# Hollow sphere half submerged in a liquid, find density

1. Aug 5, 2016

### Taniaz

1. The problem statement, all variables and given/known data
A hollow sphere of inner radius 9.0 cm and outer radius 10.0 cm floats half submerged in a liquid of specific gravity 0.80. (a) Calculate the density of the material of which the sphere is made.
(b) What would be the density of a liquid in which the hollow sphere would just float completely submerged?

Density of liquid = 800 kg/m^3

2. Relevant equations

3. The attempt at a solution
Because it's half submerged so the volume would be:

V = (0.5) (4 pi / 3) * (outer radius^3 ) = 2.09 x 10^-3 m^3

The force on an object is equal to the weight of displaced fluid. If the sphere is half-submerged, we can find the displaced volume of fluid and then its weight.

so ρgV = mg which implies that ρV = m therefore

mass of the sphere = (800 kg/m^3)(2.09 x 10^-3 m^3)= 1.68 kg

Then V of the sphere, actually the volume of the mass in the sphere so now we take
(4 pi / 3) * (outer radius^3- inner radius^3 ) = (4 pi / 3) * (0.1^3 )-(0.09)^3) = 1.135 x 10^-3 m^3

ρ= 1.68 kg / 1.135 x 10^-3 m^3 = 1479 kg/m^3 ?

This is what I worked out but I'm a little unsure regarding the volumes I've taken?

For part b, I'd take the volume with just the outer radius then I'd use
ρgV=mg so ρV=m where V is the volume I just calculated and m is the mass of the sphere from the previous part and solve for ρ?

2. Aug 5, 2016

### TSny

Looks good to me.

Yes.

3. Aug 5, 2016

### Taniaz

Great thank you! Can I ask another question?
A tank containing water is placed on a spring scale, which registers a total weight W. A stone of weight W is hung from a string and lowered into the water without touching the sides or bottom of the tank. What will be the reading on the spring scale in terms of W and the buoyancy B?(Assume the buoyancy on the stone is B<W).

I didn't get what he meant by placed "on" a spring scale? Isn't a spring scale just a newton meter so it's supposed to be hung from it? Secondly, do we consider tension of the string here? Doesn't say if it's massless or not? B= W of beaker and water + W of stone or will it be T + B = W+W and T= 2W-B which would be the reading on the spring scale? It doesn't work if they actually mean a kitchen scale :/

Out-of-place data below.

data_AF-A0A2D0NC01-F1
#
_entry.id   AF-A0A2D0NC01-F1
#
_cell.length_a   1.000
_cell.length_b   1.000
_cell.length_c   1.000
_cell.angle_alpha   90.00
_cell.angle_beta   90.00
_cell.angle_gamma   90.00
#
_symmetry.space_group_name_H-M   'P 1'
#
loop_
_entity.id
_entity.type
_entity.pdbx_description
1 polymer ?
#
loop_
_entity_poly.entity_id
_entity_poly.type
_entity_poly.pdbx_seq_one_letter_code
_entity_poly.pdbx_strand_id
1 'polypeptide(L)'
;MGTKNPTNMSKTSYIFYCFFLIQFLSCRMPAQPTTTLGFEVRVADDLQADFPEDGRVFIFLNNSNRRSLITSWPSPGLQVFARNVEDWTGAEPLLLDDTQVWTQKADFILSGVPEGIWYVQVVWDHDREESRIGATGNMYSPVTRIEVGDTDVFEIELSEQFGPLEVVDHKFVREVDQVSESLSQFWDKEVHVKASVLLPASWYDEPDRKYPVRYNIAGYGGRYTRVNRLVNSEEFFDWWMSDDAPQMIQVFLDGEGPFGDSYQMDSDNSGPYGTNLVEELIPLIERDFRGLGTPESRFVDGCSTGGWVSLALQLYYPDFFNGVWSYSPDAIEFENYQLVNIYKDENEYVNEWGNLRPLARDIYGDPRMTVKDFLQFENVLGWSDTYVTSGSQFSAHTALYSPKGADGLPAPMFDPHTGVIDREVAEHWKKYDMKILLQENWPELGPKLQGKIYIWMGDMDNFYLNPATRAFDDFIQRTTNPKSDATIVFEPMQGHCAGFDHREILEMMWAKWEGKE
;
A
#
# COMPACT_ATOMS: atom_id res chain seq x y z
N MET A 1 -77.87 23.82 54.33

4. Aug 5, 2016

### Staff: Mentor

Sure, but you should not have to do any real calculation. (By what factor does V increase?)

Edit: I see TSny beat me to it while I was getting coffee ;)

5. Aug 5, 2016

### Taniaz

It increases by twice the amount! There's another question in post 3 if you're willing to try?

6. Aug 5, 2016

### Staff: Mentor

Right! So how must the density change?

7. Aug 5, 2016

### Taniaz

Half the amount since they're inversely proportional since the mass is constant

8. Aug 5, 2016

Good.

9. Aug 5, 2016

### Staff: Mentor

There are several types of "spring scales". Just think of it as a kitchen scale.

I would.

Analyze it similarly to the "block hanging from a cord" problem. Do a force analysis of the stone. And then a force analysis of the "system" (Beaker + Water + stone).

10. Aug 5, 2016

### Taniaz

There's going to be Tension, the buoyant force and the weight on the stone so T + B = W
and on the beaker, water and stone there will be tension, weight, buoyant force, and the forceby the spring scale on the beaker so T+B+N=W+W?

11. Aug 5, 2016

### Staff: Mentor

Good.

Not exactly. Realize that the buoyant force is the water pushing up on the stone, which will be balanced by the force of the stone pushing down on the water. (That's Newton's 3rd law.)

Just include external forces on the system in your analysis.

12. Aug 5, 2016

### Taniaz

Ohh right, so it will just be T+N = W+W. We're looking to solve for N
Then if T+B=W so T=W-B then
(W-B) +N = 2W so
N = W + B?

13. Aug 5, 2016

### Staff: Mentor

Looks good!

Now that should make some intuitive sense (after awhile). Before the stone was lowered into the water, the scale just read W. And when you lower the stone, the stone pushes down onto the water (and thus the scale) with a force equal to the buoyant force, thus increasing the scale reading by that much.

But it's better to systematically analyze things, as you did, rather than rely on intuition. (Until you've done hundreds of problems.)

14. Aug 5, 2016

### Taniaz

Yes that makes sense.
Thank you for your help! :)